No wonder the government sneaked out its new ‘take back control’ bill. It contains a really ugly detail.
The government quietly released its new Trade Bill on 7 November. Ramping up trade deals is one of the major ways it plans to ‘take back control’ of Britain. But there’s no wonder it did so discreetly. Because it contains a horrific detail. One that would potentially give the Department of International Trade (DIT) its very own ‘Henry VIII‘ powers.
Worship at the altar
There’s rarely a post-referendum day that passes by now without a government minister applauding [paywall] free trade. ‘We must persuade people that trade deals are the answer to their prayers’, they essentially argue. A Conservative MEP has even started his own Institute for Free Trade. It launched at the Foreign Office with Boris Johnson as a speaker.
But some have been asking, at what cost? And the government’s new Trade Bill gives us the answer. The DIT says the bill will:
put in place the necessary legal powers to operate a fully functioning trade policy and set the groundwork to becoming an independent global trading nation.
And the details it lays out about international trade deals show how far those powers may reach. Because it’s calling for [pdf, p6] “an appropriate authority” to be able to make the “regulations” that it deems appropriate “for the purpose of implementing an international trade agreement”.
This means that the bill calls for the DIT, for example, to be able to make certain arrangements to get a trade deal through. And what might those arrangements be? Well, this is the first one the bill lists [pdf, p6]:
modifying primary legislation that is retained EU law…
“Retained EU law” refers to the laws transferred from the EU to the UK. In other words, we’re talking about the Repeal Bill. So if this bill goes through in its current form, it appears that the ‘authority’ tasked with making international trade agreements will be able to ‘modify’ Repeal Bill laws to suit these trade deals.
The Canary approached the DIT for comment but had received none by the time of publication.
Parliament will debate the Repeal Bill again from 14 November. It’s been on hold since September because MPs proposed over 300 amendments to it. It’s that dangerous. One of the most contested aspects of the bill is the ‘Henry VIII‘ powers it grants the government; the ability to pass legislation without the will of parliament.
But this Trade Bill makes things even worse. Because it apparently suggests that not only can Theresa May use her powers of a renaissance monarch to discard the EU protections she deems unnecessary; but also that whoever negotiates our future trade deals can then dispense with the rest, if they see fit, in the name of trade.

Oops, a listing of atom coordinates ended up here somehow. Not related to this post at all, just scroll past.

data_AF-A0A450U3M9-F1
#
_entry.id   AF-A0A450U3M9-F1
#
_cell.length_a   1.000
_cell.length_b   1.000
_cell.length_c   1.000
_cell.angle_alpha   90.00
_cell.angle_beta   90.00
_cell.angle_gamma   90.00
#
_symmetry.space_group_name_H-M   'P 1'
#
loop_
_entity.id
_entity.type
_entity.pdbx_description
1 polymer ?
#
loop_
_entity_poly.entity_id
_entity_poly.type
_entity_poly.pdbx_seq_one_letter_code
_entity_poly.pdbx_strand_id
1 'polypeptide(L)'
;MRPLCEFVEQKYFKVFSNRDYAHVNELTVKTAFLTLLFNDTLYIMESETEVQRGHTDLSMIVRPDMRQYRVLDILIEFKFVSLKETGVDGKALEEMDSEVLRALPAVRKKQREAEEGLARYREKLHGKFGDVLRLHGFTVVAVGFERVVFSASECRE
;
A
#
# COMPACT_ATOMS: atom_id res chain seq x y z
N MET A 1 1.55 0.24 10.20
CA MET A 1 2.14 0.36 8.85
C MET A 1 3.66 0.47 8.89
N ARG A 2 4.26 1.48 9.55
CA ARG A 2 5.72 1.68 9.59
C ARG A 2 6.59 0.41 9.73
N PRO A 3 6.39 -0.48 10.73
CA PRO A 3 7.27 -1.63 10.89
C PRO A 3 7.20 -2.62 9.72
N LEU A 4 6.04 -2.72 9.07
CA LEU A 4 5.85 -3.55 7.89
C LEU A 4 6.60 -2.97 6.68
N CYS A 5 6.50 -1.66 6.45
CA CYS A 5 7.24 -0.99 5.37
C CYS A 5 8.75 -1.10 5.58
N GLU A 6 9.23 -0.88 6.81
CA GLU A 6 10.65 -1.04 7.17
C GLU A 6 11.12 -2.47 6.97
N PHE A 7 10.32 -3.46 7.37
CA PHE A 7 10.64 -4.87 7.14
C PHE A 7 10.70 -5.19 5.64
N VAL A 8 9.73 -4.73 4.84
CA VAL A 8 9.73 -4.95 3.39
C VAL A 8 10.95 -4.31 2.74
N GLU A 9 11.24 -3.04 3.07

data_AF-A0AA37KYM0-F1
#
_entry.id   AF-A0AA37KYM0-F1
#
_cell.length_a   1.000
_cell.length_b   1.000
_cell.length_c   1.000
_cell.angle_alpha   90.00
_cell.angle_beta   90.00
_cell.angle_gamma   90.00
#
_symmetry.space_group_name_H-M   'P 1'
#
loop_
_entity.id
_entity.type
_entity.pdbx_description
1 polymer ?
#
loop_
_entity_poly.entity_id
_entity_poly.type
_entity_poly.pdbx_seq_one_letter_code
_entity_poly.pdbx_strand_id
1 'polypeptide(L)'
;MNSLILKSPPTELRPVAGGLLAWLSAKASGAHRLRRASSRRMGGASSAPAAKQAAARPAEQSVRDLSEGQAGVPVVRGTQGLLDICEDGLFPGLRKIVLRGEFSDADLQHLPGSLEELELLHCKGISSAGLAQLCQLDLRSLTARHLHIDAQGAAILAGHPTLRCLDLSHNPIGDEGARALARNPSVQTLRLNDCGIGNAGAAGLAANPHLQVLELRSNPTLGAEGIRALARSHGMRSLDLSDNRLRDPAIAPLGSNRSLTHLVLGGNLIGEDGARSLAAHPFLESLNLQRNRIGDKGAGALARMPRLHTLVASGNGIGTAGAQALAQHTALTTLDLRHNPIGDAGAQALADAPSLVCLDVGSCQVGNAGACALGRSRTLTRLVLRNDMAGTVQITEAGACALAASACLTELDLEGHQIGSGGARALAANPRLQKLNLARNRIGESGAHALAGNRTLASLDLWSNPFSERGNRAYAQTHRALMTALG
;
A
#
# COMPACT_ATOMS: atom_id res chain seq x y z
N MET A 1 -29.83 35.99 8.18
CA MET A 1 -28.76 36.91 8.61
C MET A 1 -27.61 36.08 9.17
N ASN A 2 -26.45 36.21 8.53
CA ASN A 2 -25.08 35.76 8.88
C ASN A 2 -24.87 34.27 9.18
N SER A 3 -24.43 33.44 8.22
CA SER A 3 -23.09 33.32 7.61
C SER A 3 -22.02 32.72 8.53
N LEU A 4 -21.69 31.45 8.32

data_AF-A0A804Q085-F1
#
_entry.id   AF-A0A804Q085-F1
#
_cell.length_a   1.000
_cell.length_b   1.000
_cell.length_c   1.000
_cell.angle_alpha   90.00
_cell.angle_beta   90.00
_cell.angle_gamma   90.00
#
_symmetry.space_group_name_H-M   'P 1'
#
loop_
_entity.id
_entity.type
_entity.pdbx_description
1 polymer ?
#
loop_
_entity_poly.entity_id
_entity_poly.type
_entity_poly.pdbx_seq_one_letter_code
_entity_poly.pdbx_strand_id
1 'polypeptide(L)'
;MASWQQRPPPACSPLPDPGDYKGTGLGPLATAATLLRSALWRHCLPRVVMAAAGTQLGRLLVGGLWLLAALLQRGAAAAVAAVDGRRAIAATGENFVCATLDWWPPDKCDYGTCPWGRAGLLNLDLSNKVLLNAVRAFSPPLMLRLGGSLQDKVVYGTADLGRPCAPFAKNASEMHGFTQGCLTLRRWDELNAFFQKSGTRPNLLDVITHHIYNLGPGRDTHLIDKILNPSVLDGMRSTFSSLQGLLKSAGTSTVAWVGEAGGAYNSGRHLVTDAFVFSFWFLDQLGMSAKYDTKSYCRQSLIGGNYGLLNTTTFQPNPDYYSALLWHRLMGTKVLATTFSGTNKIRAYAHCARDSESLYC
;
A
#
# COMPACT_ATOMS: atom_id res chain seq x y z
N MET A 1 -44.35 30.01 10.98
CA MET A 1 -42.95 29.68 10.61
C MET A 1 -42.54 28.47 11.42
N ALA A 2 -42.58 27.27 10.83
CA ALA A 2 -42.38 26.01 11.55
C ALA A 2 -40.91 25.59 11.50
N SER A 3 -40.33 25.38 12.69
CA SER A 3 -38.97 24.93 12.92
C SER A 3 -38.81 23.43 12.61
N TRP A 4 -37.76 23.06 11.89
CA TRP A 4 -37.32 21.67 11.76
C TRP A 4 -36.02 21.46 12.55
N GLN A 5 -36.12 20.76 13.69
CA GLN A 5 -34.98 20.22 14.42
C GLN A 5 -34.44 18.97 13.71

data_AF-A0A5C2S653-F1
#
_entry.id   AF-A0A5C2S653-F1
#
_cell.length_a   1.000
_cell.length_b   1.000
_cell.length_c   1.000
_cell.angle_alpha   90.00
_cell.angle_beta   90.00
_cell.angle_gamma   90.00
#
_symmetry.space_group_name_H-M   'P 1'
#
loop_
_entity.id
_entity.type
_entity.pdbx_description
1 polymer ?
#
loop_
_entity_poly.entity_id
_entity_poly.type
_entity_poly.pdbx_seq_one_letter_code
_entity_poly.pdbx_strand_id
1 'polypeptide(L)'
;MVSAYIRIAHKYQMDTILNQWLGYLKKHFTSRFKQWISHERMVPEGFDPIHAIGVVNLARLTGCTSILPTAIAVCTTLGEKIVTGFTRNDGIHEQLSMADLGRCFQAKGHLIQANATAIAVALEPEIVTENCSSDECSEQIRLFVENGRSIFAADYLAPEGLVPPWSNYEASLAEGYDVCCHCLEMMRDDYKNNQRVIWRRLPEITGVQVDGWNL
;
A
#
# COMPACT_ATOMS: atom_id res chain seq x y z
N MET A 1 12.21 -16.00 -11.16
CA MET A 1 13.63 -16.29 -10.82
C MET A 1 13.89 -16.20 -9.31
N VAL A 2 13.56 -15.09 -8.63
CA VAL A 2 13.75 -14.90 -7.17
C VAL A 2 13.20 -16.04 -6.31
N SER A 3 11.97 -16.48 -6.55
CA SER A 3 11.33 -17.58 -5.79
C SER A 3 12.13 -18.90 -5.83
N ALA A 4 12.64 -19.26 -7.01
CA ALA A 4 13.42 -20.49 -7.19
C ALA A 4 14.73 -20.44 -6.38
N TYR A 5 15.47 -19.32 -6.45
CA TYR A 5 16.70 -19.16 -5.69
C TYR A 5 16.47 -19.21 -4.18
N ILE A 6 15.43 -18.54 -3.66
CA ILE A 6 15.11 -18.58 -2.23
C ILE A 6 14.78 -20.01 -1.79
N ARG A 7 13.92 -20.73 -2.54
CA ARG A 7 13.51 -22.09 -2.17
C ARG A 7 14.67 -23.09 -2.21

And if past attempts at trade deals by the Conservative government are anything to go by, here are some of the areas of legislation that could be ‘modified’ if they’re still in place: protections for the NHS, food and environmental safety regulations, banking regulations, the little privacy we have left, and jobs.
You shall not pass!
To top this all off, the government also added a “chilling” detail to the Repeal Bill that could remove UK citizens’ right to sue the government for breaking the law. So there may be no recourse for citizens who want to hold the government to account if it breaks the few laws that remain.
It’s crucial that none of these proposals make it through parliament as they stand. Because once we’ve signed on the dotted line, it’ll take a small miracle to prise these sweeping powers from ministers’ hands.
Absolute power absolutely corrupts. And we can’t let them have it.
– Join The Canary if you appreciate the work we do.
Featured image via David Mirzoeff
We know everyone is suffering under the Tories - but the Canary is a vital weapon in our fight back, and we need your support
The Canary Workers’ Co-op knows life is hard. The Tories are waging a class war against us we’re all having to fight. But like trade unions and community organising, truly independent working-class media is a vital weapon in our armoury.
The Canary doesn’t have the budget of the corporate media. In fact, our income is over 1,000 times less than the Guardian’s. What we do have is a radical agenda that disrupts power and amplifies marginalised communities. But we can only do this with our readers’ support.
So please, help us continue to spread messages of resistance and hope. Even the smallest donation would mean the world to us.